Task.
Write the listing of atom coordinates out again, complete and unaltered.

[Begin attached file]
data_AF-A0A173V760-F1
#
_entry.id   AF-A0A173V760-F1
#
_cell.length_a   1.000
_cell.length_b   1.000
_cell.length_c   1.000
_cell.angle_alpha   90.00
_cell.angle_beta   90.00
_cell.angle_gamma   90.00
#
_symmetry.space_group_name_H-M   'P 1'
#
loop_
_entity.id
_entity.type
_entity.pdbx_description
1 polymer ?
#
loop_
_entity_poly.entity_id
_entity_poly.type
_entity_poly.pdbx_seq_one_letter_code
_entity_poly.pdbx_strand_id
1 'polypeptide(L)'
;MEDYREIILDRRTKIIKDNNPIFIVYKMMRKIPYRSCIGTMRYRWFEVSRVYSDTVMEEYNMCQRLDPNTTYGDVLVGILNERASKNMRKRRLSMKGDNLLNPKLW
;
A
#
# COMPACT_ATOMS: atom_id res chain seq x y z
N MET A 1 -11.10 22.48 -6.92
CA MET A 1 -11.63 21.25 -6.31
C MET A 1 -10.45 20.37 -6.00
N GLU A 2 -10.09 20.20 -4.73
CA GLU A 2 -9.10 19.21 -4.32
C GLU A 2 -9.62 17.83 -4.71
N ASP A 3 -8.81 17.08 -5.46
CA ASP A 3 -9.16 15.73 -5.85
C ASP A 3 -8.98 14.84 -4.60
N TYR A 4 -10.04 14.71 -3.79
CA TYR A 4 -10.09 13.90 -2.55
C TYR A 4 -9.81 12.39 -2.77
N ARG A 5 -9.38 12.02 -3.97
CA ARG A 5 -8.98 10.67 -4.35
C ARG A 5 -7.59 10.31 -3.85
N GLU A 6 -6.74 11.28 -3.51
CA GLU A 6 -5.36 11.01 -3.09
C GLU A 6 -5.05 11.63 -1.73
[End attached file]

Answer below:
data_AF-A0A173V760-F1
#
_entry.id   AF-A0A173V760-F1
#
_cell.length_a   1.000
_cell.length_b   1.000
_cell.length_c   1.000
_cell.angle_alpha   90.00
_cell.angle_beta   90.00
_cell.angle_gamma   90.00
#
_symmetry.space_group_name_H-M   'P 1'
#
loop_
_entity.id
_entity.type
_entity.pdbx_description
1 polymer ?
#
loop_
_entity_poly.entity_id
_entity_poly.type
_entity_poly.pdbx_seq_one_letter_code
_entity_poly.pdbx_strand_id
1 'polypeptide(L)'
;MEDYREIILDRRTKIIKDNNPIFIVYKMMRKIPYRSCIGTMRYRWFEVSRVYSDTVMEEYNMCQRLDPNTTYGDVLVGILNERASKNMRKRRLSMKGDNLLNPKLW
;
A
#
# COMPACT_ATOMS: atom_id res chain seq x y z
N MET A 1 -11.10 22.48 -6.92
CA MET A 1 -11.63 21.25 -6.31
C MET A 1 -10.45 20.37 -6.00
N GLU A 2 -10.09 20.20 -4.73
CA GLU A 2 -9.10 19.21 -4.32
C GLU A 2 -9.62 17.83 -4.71
N ASP A 3 -8.81 17.08 -5.46
CA ASP A 3 -9.16 15.73 -5.85
C ASP A 3 -8.98 14.84 -4.60
N TYR A 4 -10.04 14.71 -3.79
CA TYR A 4 -10.09 13.90 -2.55
C TYR A 4 -9.81 12.39 -2.77
N ARG A 5 -9.38 12.02 -3.97
CA ARG A 5 -8.98 10.67 -4.35
C ARG A 5 -7.59 10.31 -3.85
N GLU A 6 -6.74 11.28 -3.51
CA GLU A 6 -5.36 11.01 -3.09
C GLU A 6 -5.05 11.63 -1.73